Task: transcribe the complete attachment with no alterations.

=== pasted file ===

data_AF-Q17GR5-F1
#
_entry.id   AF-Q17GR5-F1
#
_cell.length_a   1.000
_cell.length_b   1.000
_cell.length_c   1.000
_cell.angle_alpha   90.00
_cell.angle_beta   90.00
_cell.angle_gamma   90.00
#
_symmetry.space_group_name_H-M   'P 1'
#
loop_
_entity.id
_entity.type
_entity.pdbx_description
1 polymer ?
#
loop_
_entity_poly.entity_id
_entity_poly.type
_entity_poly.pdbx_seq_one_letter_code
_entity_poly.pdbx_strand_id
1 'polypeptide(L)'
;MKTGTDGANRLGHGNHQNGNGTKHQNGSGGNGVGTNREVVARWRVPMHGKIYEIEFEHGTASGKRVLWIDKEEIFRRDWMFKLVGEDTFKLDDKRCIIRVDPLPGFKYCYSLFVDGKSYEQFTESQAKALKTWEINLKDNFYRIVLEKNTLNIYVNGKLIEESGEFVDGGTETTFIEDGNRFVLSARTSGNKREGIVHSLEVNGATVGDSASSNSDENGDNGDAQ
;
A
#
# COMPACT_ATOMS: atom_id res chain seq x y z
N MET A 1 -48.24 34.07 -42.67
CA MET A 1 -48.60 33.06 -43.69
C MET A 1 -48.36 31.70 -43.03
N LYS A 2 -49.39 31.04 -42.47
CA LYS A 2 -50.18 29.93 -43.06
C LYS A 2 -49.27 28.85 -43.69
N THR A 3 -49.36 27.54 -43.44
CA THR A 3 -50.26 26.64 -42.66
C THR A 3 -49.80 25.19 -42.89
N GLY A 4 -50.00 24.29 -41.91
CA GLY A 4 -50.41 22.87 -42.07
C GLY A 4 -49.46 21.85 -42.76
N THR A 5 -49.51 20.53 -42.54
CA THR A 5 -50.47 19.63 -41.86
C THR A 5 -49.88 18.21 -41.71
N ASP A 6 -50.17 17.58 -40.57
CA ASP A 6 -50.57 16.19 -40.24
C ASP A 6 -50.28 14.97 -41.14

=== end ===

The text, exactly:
data_AF-Q17GR5-F1
#
_entry.id   AF-Q17GR5-F1
#
_cell.length_a   1.000
_cell.length_b   1.000
_cell.length_c   1.000
_cell.angle_alpha   90.00
_cell.angle_beta   90.00
_cell.angle_gamma   90.00
#
_symmetry.space_group_name_H-M   'P 1'
#
loop_
_entity.id
_entity.type
_entity.pdbx_description
1 polymer ?
#
loop_
_entity_poly.entity_id
_entity_poly.type
_entity_poly.pdbx_seq_one_letter_code
_entity_poly.pdbx_strand_id
1 'polypeptide(L)'
;MKTGTDGANRLGHGNHQNGNGTKHQNGSGGNGVGTNREVVARWRVPMHGKIYEIEFEHGTASGKRVLWIDKEEIFRRDWMFKLVGEDTFKLDDKRCIIRVDPLPGFKYCYSLFVDGKSYEQFTESQAKALKTWEINLKDNFYRIVLEKNTLNIYVNGKLIEESGEFVDGGTETTFIEDGNRFVLSARTSGNKREGIVHSLEVNGATVGDSASSNSDENGDNGDAQ
;
A
#
# COMPACT_ATOMS: atom_id res chain seq x y z
N MET A 1 -48.24 34.07 -42.67
CA MET A 1 -48.60 33.06 -43.69
C MET A 1 -48.36 31.70 -43.03
N LYS A 2 -49.39 31.04 -42.47
CA LYS A 2 -50.18 29.93 -43.06
C LYS A 2 -49.27 28.85 -43.69
N THR A 3 -49.36 27.54 -43.44
CA THR A 3 -50.26 26.64 -42.66
C THR A 3 -49.80 25.19 -42.89
N GLY A 4 -50.00 24.29 -41.91
CA GLY A 4 -50.41 22.87 -42.07
C GLY A 4 -49.46 21.85 -42.76
N THR A 5 -49.51 20.53 -42.54
CA THR A 5 -50.47 19.63 -41.86
C THR A 5 -49.88 18.21 -41.71
N ASP A 6 -50.17 17.58 -40.57
CA ASP A 6 -50.57 16.19 -40.24
C ASP A 6 -50.28 14.97 -41.14